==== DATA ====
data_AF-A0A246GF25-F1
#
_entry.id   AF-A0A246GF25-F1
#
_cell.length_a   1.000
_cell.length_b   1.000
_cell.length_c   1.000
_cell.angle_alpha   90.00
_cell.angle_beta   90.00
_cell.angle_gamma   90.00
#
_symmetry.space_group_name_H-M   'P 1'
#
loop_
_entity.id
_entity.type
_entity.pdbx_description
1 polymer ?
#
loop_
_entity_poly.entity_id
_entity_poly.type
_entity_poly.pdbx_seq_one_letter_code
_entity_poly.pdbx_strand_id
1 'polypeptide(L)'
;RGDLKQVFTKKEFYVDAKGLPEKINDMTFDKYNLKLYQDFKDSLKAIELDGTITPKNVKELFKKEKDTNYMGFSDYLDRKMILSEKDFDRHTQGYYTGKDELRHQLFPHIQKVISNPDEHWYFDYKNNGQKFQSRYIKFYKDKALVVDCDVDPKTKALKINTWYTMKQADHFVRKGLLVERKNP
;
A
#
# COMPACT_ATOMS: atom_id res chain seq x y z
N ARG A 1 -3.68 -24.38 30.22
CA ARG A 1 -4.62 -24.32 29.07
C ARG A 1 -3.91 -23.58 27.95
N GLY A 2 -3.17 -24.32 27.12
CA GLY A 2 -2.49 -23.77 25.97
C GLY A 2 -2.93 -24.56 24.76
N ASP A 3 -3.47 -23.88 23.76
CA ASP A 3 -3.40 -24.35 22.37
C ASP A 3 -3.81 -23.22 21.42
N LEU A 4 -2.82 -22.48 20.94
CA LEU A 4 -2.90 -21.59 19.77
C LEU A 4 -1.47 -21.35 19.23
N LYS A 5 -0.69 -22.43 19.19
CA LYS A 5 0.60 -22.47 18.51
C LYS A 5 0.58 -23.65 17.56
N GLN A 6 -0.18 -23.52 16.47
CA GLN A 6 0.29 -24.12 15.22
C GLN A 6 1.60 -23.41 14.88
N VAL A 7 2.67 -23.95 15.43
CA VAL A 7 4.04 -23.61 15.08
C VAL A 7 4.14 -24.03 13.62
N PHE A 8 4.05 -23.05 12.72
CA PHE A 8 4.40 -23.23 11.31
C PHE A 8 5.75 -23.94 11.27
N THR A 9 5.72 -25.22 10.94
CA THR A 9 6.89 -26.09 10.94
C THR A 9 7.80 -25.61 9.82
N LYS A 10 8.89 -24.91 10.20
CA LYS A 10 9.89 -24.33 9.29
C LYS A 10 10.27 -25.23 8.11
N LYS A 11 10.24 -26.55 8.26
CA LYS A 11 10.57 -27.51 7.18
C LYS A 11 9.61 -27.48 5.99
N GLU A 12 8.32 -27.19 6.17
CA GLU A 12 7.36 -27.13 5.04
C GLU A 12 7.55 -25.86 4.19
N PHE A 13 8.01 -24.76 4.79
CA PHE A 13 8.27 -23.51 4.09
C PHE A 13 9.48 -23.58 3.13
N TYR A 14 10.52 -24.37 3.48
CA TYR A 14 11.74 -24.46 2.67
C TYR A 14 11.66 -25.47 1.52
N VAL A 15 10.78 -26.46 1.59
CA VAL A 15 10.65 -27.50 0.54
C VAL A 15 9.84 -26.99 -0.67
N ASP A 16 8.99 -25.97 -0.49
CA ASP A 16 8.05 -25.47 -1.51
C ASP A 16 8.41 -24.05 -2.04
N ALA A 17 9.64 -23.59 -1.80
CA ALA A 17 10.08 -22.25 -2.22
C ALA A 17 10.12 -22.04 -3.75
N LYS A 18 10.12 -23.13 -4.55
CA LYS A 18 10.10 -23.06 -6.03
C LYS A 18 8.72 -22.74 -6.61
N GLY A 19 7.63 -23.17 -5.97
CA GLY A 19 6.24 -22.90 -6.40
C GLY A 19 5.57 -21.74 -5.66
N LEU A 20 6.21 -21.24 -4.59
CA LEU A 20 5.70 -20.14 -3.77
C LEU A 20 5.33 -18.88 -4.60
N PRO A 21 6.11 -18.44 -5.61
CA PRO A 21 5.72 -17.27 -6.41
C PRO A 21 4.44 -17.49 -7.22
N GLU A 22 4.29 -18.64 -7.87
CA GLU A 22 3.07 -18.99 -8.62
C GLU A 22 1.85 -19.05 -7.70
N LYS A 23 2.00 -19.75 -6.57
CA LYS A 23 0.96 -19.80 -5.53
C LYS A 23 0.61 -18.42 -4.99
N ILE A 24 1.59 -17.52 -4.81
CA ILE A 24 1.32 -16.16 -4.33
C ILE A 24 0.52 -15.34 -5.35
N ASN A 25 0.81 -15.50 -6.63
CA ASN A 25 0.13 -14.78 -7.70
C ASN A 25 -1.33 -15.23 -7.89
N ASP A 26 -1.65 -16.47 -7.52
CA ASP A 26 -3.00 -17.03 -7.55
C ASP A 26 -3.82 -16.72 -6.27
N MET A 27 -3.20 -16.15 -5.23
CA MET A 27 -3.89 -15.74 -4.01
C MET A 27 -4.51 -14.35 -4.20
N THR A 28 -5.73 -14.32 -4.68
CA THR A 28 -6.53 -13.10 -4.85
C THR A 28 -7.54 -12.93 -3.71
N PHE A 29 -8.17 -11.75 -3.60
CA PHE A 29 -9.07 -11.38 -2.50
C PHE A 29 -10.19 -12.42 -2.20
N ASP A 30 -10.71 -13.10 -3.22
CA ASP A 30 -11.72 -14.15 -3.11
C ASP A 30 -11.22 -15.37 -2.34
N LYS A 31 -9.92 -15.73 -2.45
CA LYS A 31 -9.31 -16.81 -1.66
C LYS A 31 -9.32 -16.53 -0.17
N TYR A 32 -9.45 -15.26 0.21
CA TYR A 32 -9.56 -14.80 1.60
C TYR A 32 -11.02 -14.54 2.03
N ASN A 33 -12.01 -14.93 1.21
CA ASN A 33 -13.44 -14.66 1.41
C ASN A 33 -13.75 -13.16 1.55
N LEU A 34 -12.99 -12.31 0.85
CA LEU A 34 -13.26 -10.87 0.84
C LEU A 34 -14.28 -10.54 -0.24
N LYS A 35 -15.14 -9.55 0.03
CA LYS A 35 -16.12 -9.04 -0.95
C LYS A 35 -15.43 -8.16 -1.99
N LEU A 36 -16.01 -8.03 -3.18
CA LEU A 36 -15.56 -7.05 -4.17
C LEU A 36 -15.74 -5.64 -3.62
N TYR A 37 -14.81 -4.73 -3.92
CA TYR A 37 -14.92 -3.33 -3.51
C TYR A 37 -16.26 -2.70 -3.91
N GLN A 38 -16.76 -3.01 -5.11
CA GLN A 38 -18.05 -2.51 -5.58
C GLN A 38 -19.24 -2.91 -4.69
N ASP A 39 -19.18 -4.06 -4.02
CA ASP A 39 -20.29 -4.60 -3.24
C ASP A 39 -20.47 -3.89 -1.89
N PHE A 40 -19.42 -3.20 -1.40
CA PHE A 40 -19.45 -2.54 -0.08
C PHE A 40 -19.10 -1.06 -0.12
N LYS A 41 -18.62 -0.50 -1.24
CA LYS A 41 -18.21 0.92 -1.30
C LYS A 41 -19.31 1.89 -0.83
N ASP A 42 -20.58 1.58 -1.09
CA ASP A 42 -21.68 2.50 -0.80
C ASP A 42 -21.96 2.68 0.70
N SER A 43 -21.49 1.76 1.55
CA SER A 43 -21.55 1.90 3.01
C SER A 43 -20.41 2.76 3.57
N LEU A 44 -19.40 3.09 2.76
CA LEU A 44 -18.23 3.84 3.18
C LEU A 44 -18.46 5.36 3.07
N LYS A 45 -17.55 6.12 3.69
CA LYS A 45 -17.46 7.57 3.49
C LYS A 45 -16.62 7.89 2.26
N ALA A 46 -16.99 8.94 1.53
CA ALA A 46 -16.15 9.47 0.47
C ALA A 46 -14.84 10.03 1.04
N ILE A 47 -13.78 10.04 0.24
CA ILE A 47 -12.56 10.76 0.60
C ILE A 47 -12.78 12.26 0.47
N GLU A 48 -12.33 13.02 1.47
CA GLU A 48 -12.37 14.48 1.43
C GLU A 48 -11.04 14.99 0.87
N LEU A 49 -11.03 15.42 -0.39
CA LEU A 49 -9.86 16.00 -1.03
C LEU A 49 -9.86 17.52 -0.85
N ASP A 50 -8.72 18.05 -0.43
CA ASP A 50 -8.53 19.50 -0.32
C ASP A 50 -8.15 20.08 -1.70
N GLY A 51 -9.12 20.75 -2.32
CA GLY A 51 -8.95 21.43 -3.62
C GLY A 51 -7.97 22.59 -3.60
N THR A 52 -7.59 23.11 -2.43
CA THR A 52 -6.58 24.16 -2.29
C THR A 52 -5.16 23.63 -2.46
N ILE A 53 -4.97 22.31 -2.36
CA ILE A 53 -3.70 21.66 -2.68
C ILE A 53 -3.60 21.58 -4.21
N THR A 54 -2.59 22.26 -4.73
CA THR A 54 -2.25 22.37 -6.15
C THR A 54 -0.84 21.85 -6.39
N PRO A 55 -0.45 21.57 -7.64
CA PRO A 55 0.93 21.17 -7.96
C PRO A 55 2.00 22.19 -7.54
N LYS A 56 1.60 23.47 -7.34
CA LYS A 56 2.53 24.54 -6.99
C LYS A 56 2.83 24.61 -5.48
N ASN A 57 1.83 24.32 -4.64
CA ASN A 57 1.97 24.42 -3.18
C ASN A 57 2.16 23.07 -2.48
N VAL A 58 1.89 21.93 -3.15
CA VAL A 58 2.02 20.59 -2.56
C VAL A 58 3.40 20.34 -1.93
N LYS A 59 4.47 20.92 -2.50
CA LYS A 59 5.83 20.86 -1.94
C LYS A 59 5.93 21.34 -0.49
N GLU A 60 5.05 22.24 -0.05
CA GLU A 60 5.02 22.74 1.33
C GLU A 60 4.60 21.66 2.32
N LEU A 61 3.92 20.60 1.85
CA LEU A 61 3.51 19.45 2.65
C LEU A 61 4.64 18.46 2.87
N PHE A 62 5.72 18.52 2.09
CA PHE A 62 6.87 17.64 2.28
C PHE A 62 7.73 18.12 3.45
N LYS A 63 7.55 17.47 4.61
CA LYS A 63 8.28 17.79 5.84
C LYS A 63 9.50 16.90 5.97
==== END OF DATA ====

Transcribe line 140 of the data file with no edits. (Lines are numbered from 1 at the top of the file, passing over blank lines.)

CA TYR A 37 -14.92 -3.33 -3.51